Muscat is a sweet grape that comes in many forms from all over from Italy to Spain to Australia. Because of this broad variety it is hard to pin down on specific flavour or aroma for Muscat. Sometimes apple, pear or flowers can be detected in some of the lighter wines while in the more robust Muscat wines you might find chocolate or coffee.


I don't think there is any better way to sum up the Gewurztraminer (ger-vertz-tramina) grape than by quoting Matt Skinner, author of "Thirsty Work" where the inspiration for this article comes from. Matt states, "Like and oversized drag queen with too much make-up, way too much perfume, mega high heels, and very little shame, this variety is the flamboyantly camp member of the white grape family! But, sadly, it also doubles as one of the uncoolest grape varieties in the world. In fact, it's fair to say that if Gewurztraminer were an outfit it'd be socks, sandals, and a camel brown safari suit. Try pronouncing it - apart from being much harder to say than Chardonnay, it even sounds a bit naff. And that's the problem."

This can be a very correct way to describe this Alsace favourite because the aromas of this grape are some of the most bold and bizarre but that doesn't mean that this is a bad grape by any means. In fact it really isn't all that bad! These grapes tend to have flavours and aromas reminiscent of ginger, rose, lychee and cinnamon to name a few and because of low acidity are rich and carry much weight in your mouth giving a long lasting flavour. Perhaps this is why this grape makes a great match with mild spicy, sweet and tangy foods such as Chinese or Thai.


Another under appreciated grape historically from Germany. Oftentimes people complain that this grape is too sweet and try to avoid it all costs. It wasn't until recent years that this grape is making a comeback as a match to seafood and dishes with Asian infused flavours. The best Rieslings have aromas of citrus, flowers and spice while the flavours can be more of lemons and minerals. Super dry Rieslings are very popular nowadays while the best examples of more expensive Rieslings are actually the very sweet late harvested dessert and ice wines. It is also worth noting that Rieslings are another white grape that ages very well so don't worry about drinking a 20 year old bottle!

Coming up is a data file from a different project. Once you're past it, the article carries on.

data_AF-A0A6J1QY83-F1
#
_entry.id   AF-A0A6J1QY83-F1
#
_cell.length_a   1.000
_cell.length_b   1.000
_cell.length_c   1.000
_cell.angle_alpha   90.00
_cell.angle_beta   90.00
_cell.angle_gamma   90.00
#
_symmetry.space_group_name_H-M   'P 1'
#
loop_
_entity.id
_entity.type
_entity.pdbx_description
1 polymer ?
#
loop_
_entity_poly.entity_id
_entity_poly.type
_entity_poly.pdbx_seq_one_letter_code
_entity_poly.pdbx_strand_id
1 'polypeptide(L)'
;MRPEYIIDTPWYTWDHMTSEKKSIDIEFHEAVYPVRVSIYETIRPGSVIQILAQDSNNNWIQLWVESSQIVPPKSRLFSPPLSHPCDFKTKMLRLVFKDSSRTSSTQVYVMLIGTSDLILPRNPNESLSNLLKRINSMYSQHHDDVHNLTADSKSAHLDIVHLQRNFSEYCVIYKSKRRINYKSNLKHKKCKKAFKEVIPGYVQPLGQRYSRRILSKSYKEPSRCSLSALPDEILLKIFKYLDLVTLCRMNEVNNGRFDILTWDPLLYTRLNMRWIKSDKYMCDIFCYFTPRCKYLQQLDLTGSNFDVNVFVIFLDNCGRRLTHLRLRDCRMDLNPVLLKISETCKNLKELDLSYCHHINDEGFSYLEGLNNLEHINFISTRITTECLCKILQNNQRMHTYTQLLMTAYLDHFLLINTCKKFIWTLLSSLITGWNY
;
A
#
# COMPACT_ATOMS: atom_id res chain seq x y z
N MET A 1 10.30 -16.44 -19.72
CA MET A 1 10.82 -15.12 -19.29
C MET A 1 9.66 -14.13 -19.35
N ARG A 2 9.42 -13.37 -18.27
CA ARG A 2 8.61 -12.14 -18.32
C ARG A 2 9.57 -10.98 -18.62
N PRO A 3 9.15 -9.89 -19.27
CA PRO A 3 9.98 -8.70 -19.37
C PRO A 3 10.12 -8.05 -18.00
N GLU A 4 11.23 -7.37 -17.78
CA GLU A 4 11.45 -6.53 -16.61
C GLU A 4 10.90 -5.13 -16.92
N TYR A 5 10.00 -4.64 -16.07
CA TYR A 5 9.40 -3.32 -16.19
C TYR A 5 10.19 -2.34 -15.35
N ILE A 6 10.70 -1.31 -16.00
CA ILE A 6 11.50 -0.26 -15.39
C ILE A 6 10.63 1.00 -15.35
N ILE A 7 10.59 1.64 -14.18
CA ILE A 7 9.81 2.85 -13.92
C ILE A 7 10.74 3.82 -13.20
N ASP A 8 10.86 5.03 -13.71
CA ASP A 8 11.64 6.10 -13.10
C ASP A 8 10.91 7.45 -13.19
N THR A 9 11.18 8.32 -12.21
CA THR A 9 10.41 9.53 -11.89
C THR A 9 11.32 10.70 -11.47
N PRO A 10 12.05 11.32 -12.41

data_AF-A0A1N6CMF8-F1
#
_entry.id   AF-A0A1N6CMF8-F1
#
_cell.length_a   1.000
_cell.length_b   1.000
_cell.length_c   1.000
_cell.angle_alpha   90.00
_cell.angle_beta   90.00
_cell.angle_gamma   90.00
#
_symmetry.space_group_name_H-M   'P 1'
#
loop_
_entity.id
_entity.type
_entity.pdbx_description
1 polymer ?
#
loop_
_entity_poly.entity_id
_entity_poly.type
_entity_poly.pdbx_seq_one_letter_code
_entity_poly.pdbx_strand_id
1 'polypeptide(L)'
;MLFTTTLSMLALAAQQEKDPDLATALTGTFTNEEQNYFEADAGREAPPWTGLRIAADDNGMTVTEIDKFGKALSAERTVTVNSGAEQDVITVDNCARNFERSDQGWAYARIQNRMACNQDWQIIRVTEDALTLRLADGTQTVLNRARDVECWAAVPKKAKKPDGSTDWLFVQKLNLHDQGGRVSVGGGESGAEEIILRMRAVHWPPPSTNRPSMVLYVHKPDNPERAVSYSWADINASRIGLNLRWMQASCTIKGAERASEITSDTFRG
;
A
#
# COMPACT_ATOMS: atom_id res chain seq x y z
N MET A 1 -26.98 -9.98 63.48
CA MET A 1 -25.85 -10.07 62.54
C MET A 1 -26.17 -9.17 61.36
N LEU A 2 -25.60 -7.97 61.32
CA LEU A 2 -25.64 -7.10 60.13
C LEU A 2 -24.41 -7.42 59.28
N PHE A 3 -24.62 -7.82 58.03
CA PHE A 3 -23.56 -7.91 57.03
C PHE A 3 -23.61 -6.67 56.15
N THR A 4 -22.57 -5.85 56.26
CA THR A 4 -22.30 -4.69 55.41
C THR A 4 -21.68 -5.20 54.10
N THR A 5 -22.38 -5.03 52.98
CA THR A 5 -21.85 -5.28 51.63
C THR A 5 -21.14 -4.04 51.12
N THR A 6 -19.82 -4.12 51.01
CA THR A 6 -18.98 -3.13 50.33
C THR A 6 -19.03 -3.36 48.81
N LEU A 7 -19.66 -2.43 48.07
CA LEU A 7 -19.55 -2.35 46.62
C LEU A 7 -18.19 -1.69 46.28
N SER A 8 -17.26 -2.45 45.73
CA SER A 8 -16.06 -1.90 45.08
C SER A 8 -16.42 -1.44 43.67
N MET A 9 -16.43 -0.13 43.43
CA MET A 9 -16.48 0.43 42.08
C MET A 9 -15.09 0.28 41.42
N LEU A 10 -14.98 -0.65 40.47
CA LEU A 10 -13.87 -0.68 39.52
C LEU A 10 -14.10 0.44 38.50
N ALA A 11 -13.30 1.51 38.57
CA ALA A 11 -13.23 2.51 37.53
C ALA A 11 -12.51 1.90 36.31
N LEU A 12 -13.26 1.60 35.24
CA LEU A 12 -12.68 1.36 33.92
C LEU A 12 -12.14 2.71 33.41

Pinot Grigio/Pinot Gris

Technically, Pinto Grigio and Pinot Gris are the same. Pinot Grigio planting has been concentrated in northeast Italy while Pinot Gris makes its home in Alsace in France. Pinot Gris, is a French expression for light delicate and fresh and has flavours that are slightly fat and rich often from the time is spends in wooded barrels. On the other hand, Pinot Grigrio (meaning the same as Pinot Gris) is usually stored in steel tanks and drunk while it's young and light and vibrant. Again, Matt Skinner best explains these two grapes as being like "identical twins separated at birth and raised in different countries."

While these are just some of the many varieties of white grapes out there, they are without question the most popular of the bunch. Each grape is unique in its flavour and aromas and should thus be treated as just that, an individual. Not all white wines are created equal and not all white wines are meant to be drunk old but all whites are meant to be enjoyed.